I found that I liked Harry. There’s something about him that makes me want to know more. Although were this a different genre, I’m not sure he would be my favorite, if that makes sense. Hopefully the next few books will clear a few things up.
There’s something between Ruth and Harry. It was obvious from the start but I can’t put my finger on what it is—I’m not sure they really know, either. They just seem to be muddling through figuring out and handling things as they come along. Although in the midst of the unknown, there’s a trust between the two. They know they can count on each other. At times it natural and at other times, it’s awkward, but it’s a solid trust that I think will grow throughout the series.
The atmosphere and the remote setting of the saltmarshes sent shivers down my spine, as did the talk of the past ritualistic sacrifices. Given the land was already steeped in an almost dark history added just another layer of mystery. There was so much to sort through and so many different outcomes, that I was shocked who the killer turned out to be yet not surprised because he was on the top of my suspect list. I enjoyed weeding through the clues and the letters and seeing how each peg fit in their proper hole.
While this does deal with ritual sacrifices, bones, and a few not so much gory but gruesome things it wasn’t over the top or overly explained. Although it’s always a bit harrowing when children are the victims in thriller/mysteries.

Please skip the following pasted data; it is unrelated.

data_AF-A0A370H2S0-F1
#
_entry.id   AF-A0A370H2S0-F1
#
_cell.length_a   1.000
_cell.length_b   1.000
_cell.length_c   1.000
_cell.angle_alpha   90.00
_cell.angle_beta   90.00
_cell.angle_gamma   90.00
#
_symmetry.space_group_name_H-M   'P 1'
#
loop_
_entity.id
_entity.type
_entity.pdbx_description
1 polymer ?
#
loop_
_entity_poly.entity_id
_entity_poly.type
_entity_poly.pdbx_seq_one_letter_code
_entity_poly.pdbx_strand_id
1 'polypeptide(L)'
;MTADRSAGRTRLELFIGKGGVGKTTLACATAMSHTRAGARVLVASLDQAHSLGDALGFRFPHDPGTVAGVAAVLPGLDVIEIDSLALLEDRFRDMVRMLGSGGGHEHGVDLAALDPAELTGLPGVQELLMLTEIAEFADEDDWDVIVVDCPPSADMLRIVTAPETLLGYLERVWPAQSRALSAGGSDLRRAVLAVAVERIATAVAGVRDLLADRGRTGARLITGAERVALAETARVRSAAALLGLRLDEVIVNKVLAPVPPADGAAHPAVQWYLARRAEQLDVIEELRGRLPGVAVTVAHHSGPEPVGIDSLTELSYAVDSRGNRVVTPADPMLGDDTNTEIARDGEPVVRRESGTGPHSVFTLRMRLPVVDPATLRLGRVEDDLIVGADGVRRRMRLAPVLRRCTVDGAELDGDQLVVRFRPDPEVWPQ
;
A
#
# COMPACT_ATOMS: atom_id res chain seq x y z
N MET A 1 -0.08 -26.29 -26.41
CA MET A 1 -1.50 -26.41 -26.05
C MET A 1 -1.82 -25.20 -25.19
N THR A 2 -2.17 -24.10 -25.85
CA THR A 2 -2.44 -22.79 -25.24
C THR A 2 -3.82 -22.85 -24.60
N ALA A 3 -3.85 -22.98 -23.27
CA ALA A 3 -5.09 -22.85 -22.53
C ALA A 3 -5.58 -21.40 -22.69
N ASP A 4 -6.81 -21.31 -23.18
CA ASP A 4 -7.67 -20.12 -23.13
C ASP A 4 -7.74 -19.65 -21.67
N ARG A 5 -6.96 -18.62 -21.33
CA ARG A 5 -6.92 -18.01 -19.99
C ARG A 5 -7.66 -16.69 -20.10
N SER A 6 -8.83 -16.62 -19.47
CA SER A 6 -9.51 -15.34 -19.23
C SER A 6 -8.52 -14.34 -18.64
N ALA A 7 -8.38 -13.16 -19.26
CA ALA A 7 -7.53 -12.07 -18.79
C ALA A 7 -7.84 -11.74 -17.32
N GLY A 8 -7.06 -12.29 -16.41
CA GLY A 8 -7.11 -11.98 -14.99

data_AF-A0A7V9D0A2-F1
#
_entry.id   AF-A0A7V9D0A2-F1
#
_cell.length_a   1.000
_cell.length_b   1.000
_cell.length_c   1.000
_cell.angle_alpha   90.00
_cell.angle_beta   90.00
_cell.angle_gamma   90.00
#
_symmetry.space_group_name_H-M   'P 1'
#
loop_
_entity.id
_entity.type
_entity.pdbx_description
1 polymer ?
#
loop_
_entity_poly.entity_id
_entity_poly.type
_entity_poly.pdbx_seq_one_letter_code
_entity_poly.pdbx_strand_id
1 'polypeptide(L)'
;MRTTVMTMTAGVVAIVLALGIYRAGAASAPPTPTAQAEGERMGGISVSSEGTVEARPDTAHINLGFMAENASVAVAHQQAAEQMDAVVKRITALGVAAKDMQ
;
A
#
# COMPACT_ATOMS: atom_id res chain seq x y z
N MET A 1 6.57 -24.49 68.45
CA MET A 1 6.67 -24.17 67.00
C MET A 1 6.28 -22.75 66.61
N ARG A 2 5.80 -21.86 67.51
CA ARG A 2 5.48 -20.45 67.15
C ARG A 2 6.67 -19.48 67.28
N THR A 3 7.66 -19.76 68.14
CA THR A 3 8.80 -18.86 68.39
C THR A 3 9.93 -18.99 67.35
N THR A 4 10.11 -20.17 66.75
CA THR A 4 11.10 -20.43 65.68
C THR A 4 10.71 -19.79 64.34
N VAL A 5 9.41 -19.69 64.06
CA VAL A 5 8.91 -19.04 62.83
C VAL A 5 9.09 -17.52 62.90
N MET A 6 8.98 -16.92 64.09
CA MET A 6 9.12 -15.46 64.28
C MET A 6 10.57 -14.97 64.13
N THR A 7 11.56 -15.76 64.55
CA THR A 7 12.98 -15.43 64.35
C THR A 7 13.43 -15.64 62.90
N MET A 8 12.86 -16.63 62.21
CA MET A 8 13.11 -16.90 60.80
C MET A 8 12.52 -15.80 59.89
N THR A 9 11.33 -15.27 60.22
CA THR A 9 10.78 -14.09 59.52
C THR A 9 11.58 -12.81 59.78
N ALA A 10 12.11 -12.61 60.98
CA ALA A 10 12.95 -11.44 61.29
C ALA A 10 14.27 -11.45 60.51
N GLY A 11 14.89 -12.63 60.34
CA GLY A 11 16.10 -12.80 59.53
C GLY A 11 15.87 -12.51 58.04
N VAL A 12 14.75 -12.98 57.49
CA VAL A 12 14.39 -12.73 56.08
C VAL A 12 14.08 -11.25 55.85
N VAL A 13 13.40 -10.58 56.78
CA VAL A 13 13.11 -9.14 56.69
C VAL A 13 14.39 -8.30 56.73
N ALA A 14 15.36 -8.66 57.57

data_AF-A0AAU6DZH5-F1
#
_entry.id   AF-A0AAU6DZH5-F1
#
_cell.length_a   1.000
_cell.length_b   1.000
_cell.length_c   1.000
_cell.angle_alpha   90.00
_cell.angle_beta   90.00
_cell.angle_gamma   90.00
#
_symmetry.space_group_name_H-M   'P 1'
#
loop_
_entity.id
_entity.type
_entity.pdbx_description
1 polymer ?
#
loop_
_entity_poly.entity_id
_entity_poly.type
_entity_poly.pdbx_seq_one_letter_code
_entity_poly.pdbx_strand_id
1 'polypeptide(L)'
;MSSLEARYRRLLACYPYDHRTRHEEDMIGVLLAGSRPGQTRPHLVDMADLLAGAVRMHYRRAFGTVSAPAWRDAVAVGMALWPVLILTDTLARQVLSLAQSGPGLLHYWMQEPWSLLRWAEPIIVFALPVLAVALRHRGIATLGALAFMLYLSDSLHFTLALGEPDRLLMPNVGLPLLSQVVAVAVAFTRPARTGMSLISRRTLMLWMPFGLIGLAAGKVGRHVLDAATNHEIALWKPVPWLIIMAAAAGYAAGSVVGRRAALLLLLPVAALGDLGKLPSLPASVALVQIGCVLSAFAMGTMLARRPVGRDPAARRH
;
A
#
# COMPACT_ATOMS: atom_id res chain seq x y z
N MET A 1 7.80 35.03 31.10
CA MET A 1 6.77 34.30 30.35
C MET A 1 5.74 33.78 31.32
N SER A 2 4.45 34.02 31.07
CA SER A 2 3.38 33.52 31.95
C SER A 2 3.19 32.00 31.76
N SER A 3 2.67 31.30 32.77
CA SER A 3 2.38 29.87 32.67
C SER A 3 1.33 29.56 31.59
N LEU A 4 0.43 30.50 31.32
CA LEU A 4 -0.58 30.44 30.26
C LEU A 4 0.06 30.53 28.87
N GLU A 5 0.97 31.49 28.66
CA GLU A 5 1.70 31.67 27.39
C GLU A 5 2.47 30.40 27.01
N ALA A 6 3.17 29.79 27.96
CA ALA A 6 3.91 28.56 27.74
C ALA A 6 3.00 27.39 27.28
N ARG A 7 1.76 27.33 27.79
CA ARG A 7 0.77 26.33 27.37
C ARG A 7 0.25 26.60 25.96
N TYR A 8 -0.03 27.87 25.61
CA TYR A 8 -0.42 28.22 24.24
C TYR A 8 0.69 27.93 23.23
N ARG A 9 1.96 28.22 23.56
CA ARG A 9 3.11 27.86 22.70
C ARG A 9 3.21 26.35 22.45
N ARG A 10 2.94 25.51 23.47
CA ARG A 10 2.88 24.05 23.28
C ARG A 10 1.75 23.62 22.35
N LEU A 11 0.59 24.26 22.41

This book’s not going to be everyone’s cup of tea. I don’t want to spoil anything but there’s an event that happens in this book that, had it been in a romance book would have ruined the book for me, yet in this book it didn’t really bother me. I’m not a fan of it—I’m not condoning it—, but seeing as this is a thriller/mystery book I overlooked it.
While I didn’t really have issues with this book, there were a few things that I would have like an explanation about considering they were top events. I feel like that would have rounded out this book more evenly. It wouldn’t change the outcome, I just would have liked to have known why.
Overall, the mystery/thriller aspect blew me away. I’m always up for a bit of British Crime Drama, a bit of history, and bit of archeology so given that the three were combined in this book, I was thrilled. If you’re a newbie to the archeology scene, fear not, everything is explained without confusion and without bogging down the book. And I was pleasantly surprised with some of the friendships that were made within the book.

Ruth Galloway Mystery Series
The Crossing Places
The Janus Stone
The House at Sea’s End
A Room Full of Bones
A Dying Fall
The Outcast Dead
The Ghost Fields
The Woman in Blue
The Chalk Pit
The Dark Angel
The Stone Circle